Saturday, February 15, 2014

Geocoding and Scooby Doo's Mystery Machine


It's been at least a year ago that my buddy Rob Villalpando was working on an interactive graphic for the Statesman when he came across this street view photo of The Mystery Machine parked in front of a food trailer court at 1106 E. 6th St. in Austin. There are plenty of posts on these interesting sightings, but why I come across them usually is because I'm often geocoding data manually, and I often use Street View as a way to confirm my findings.

Even with the best geocoding services, you almost always get bad addresses and have to fix or at least confirm them. I've written about Texas A&M's geocoding service in the past, and one thing I really like about it is it tells you how accurate it's match was. Anything not parcel based or centerline street, and I know I need to find the lat/long myself.

Before Google updated to their latest maps version online, it was pretty darn easy, though time consuming. Now it's tougher, because they do their Lat/Long coordinates in degrees instead of decimals, which doesn't play well with the tools I use, mostly Fusion Tables, Google Maps API and Tableau.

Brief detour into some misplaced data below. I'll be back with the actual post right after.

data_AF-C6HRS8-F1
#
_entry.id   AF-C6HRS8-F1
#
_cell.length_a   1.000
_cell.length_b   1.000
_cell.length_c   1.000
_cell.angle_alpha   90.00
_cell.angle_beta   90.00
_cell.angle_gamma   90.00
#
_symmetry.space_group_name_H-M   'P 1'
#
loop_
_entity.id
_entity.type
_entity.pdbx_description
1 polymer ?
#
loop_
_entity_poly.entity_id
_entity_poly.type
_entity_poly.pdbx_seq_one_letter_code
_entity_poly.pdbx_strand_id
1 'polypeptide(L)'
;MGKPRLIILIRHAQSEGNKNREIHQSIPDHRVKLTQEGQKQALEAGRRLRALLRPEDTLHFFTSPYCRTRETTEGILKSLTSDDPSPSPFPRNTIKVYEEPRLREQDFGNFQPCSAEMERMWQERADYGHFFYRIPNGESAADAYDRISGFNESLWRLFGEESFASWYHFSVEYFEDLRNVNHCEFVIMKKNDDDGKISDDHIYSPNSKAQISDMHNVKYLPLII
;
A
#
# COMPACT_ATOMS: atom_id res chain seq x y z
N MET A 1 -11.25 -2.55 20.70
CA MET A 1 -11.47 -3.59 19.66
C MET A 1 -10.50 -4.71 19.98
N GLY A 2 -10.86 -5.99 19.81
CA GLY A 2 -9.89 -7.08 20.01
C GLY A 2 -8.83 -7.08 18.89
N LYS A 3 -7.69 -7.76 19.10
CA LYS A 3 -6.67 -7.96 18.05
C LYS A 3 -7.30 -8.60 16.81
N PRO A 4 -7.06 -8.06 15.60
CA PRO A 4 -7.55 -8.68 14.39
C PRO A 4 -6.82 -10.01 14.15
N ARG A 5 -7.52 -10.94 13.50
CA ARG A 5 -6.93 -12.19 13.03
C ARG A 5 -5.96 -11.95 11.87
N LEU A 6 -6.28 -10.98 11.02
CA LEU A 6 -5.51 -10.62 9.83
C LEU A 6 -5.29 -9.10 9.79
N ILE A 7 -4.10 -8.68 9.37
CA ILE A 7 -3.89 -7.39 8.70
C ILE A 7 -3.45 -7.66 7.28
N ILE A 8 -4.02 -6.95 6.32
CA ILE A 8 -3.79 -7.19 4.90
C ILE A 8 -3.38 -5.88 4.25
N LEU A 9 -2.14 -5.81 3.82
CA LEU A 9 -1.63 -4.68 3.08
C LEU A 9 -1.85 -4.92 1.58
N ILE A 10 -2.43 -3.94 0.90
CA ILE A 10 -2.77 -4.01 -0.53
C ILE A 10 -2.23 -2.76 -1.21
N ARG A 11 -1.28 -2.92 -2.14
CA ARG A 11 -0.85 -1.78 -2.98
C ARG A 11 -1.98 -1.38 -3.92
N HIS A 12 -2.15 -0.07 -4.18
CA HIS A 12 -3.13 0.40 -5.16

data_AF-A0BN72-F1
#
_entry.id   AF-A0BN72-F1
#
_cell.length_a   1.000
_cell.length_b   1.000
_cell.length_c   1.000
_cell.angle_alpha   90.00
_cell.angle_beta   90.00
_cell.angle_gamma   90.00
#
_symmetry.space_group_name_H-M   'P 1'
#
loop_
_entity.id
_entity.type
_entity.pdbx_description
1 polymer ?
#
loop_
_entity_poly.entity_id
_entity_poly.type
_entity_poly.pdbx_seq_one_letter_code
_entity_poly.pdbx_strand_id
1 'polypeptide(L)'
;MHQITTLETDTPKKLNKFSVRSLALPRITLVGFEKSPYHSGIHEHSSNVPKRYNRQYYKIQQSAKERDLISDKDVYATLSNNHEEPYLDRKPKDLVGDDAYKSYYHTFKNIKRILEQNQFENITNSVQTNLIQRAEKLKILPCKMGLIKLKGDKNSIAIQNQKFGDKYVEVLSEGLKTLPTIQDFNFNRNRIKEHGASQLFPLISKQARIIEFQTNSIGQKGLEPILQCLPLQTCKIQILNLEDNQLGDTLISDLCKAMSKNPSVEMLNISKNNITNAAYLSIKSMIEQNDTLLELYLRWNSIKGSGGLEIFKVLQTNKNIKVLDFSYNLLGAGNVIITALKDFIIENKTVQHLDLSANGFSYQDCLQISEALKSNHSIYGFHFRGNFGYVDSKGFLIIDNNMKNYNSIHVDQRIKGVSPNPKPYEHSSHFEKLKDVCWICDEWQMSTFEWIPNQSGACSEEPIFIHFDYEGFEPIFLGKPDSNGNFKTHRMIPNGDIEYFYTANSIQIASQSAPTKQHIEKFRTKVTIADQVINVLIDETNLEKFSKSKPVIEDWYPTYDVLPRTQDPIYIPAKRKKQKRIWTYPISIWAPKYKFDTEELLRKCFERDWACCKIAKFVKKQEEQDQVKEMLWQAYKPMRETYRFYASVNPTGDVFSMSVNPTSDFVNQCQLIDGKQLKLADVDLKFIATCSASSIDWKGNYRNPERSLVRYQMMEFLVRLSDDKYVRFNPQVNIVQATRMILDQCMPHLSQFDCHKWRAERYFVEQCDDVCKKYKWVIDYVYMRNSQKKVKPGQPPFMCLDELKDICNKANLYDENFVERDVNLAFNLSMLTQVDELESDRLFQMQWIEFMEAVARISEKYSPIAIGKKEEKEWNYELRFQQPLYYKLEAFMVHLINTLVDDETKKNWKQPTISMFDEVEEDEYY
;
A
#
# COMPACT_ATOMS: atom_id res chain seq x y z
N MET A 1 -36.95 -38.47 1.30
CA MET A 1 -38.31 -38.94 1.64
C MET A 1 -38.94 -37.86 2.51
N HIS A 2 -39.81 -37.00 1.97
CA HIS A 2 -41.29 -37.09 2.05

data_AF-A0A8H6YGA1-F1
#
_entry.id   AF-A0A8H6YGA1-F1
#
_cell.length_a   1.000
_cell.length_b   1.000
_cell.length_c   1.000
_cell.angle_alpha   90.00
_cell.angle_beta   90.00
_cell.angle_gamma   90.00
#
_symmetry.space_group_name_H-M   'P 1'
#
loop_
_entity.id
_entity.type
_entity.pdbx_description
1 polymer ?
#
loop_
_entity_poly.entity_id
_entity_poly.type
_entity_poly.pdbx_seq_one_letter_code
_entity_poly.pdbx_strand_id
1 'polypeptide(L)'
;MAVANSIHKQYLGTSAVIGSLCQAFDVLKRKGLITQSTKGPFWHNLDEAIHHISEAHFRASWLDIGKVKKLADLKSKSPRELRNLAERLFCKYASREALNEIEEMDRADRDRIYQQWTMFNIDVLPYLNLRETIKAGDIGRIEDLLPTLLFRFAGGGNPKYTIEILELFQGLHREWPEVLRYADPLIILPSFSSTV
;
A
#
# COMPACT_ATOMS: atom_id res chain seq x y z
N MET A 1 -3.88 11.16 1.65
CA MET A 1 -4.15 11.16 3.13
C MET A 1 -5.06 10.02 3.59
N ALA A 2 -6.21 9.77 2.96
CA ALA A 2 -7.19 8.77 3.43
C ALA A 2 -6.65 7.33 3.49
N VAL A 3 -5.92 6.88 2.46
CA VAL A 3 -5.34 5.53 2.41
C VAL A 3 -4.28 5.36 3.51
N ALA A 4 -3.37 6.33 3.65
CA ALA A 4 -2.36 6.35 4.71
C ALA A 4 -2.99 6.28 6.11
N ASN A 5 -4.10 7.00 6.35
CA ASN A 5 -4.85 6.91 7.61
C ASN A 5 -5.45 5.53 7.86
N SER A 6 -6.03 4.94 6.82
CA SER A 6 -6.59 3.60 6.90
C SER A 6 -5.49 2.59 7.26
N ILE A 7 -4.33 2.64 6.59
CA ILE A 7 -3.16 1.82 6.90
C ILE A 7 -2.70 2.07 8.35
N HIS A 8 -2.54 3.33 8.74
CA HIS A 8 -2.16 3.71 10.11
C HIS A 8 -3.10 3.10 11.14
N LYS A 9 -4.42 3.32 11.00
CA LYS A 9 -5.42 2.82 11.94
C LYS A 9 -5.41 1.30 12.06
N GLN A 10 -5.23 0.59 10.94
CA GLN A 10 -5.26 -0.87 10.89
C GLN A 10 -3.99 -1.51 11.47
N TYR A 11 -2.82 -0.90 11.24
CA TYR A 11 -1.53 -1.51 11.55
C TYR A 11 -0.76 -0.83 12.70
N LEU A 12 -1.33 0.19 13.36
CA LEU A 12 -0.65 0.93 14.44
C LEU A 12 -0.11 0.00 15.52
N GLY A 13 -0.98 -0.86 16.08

So here is my semi-pro tip on manually geocoding, using the old maps:


  • Go to https://www.google.com/maps?output=classic
  • Type in the address and hit return and make sure Google Maps takes you to the right place.
  • Right-click on the map at the location and choose “What's here.”
  • That will put something like this in the search bar: “30.258659,-97.744548”
  • Copy and paste the values into your data as needed.


If you have the “new” google maps, you have to do some extra work to get lat/long. It's easier to just use the “classic” link above, but if you insist:


  • Go to the bad new maps: https://www.google.com/maps/preview
  • Type in the address and hit return to find the location
  • X-out the location in the search bar so the pin goes away.
  • Click on the map where the pin was, (and then maybe click again) and a window will come up showing the address and the lat, long, but it will formatted wrong. It will be something like: 30° 22.096', -97° 42.209'. Copy that text.
  • Go to http://dbsgeo.com/latlon/ and paste in the text into Place Name.
  • Make sure it takes you to your location, then from the “Latitude, Longitude” under the map copy your values to put into your data as needed.
Have fun. No one enjoys geocoding, but at least we have fun Street Views to help us pass the time.

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